Dear Friends and Neighbors,
As I mentioned in my last email update, House Republicans are focused this session on community safety, life affordability and government accountability. As we move into the second half of this year's 60-day session, it's the latter two issues that have really come to the forefront.
Two weeks ago, the majority party brought a bill to the floor that would implement a low-carbon fuel standard mandate in an attempt to reduce the amount of carbon in Washington's atmosphere. The mandate would significantly increase fuel suppliers' costs, which would then be passed down to you and me. Gas prices would rise (one estimate predicts by as much as 57 cents per gallon within 10 years), as would the cost of everyday items at the grocery store. Homebuilding would slow due to higher transportation and material costs, and small trucking companies already dealing with razor-thin margins would be put out of business. All for a fractional reduction in the carbon in our atmosphere. As I said on the House floor, House Bill 1110 simply doesn't pass the cost-benefit analysis test:
Despite our best efforts, the bill passed 52-44.
The other significant bill the majority party brought to the floor in the first half of session expands the B&O tax increase they passed last year to even more businesses. The 85,000 businesses that first got hit by the tax increase didn't generate quite enough revenue for the majority's liking, so they chose to expand it to another 4,400. It took them just three weeks to introduce the bill, pass it in both chambers, and get it to the governor's desk. That's fast.
The reason our caucus is so focused on life affordability and government accountability is because of the majority's blatant lack of respect for the will of the people. Time and time again, voters have made their feelings clear on taxes. Not only did they support multiple initiatives that would have required a two-thirds supermajority in the House and Senate to raise taxes, but they also rejected higher taxes in the form of a state income tax, a carbon tax, and local soda taxes. Their message has been clear for quite some time now: “No means no.”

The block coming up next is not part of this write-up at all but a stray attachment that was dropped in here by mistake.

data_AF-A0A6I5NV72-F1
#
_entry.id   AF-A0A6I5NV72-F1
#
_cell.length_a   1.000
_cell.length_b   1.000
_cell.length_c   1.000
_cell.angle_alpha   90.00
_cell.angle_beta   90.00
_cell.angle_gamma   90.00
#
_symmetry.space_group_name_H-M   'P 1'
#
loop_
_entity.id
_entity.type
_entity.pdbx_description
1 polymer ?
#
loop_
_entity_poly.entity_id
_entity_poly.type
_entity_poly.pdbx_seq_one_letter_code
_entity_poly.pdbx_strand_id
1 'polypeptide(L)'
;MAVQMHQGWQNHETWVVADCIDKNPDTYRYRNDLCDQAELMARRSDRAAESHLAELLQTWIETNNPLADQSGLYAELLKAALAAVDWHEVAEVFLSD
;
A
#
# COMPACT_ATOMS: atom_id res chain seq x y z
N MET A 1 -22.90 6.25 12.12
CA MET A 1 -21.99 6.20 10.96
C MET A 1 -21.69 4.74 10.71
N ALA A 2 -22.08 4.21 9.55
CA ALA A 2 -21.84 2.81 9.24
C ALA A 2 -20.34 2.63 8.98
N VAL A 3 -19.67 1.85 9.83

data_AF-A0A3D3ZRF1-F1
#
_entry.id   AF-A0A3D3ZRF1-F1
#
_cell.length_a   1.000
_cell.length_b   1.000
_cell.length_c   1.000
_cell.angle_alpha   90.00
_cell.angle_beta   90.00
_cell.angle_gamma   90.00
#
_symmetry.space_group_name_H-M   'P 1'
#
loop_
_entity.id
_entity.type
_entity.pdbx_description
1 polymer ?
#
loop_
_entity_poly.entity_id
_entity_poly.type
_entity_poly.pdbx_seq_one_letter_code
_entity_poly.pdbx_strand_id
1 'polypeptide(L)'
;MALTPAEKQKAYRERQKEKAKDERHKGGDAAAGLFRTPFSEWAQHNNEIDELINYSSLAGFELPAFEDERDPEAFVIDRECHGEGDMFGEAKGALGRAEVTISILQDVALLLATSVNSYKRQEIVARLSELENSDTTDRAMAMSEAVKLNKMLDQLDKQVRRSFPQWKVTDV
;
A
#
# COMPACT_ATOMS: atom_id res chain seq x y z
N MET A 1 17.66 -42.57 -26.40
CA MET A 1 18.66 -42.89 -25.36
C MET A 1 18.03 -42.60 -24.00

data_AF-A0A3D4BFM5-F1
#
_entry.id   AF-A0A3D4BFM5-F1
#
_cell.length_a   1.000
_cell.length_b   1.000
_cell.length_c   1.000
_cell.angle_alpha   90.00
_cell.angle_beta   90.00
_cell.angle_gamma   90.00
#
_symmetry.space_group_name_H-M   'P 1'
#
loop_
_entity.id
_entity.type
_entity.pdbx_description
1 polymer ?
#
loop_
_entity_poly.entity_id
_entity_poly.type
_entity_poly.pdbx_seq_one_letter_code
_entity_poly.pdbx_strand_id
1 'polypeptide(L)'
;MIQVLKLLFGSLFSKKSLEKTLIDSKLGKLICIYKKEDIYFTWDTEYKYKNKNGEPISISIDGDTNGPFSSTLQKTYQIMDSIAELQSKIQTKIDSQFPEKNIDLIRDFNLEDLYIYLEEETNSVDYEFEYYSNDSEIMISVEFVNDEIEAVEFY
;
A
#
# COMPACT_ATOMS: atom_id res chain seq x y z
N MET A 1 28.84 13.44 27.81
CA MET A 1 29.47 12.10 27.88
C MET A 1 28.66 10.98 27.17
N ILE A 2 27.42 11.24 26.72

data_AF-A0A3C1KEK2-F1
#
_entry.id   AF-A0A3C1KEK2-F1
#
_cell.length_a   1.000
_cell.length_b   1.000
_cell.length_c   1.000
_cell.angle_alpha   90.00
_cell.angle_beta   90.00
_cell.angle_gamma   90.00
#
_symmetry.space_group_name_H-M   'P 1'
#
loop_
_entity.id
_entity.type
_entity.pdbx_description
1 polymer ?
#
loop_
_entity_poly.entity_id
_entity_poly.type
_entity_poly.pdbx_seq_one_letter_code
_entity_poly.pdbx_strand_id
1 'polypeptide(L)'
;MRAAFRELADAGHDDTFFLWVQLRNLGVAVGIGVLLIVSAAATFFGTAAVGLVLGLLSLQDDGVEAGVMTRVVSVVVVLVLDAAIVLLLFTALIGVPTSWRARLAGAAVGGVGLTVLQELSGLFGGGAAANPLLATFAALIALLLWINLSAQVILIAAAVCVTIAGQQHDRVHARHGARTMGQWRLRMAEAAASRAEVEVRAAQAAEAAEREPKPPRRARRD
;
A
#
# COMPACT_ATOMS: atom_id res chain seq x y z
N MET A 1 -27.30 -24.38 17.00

House Republicans understand that. On the other side of the aisle, however, there seems to be an attitude of “That's great, but we know better than you do.” While we don't have the votes to stop their efforts, I assure you we will continue fighting for you and your family every day until the final gavel comes down. We are committed to making Washington an affordable place to live and holding the majority accountable for the decisions they make.
Please continue standing with us as we stand with you. Stay informed and engaged. Follow us on Twitter and Facebook, and share our content. Together, we can make a difference for our communities and the state.
Legislative priorities survey results
It took a while for us to compile the data from the 1,600+ response cards we got back from the survey we sent out in December, but we finally did it! As promised, here are the results:
Q1: What do you believe is the top priority the Legislature should address during the 2020 session?
Q2: If you could direct how $100 of your tax dollars would be spent on homelessness, you would prefer to see those dollars go toward:
Questions 3-8 from the survey:
Thank you to everyone who took the time to provide Sen. Zeiger, Rep. Gildon and me with your feedback! Please know we hear you, we understand your concerns, and we are working hard on the issues you care most about.
I welcome you to contact me any time with your comments, questions or concerns. My phone number is (360) 786-7948, and my email address is Kelly.Chambers@leg.wa.gov. I look forward to hearing from you!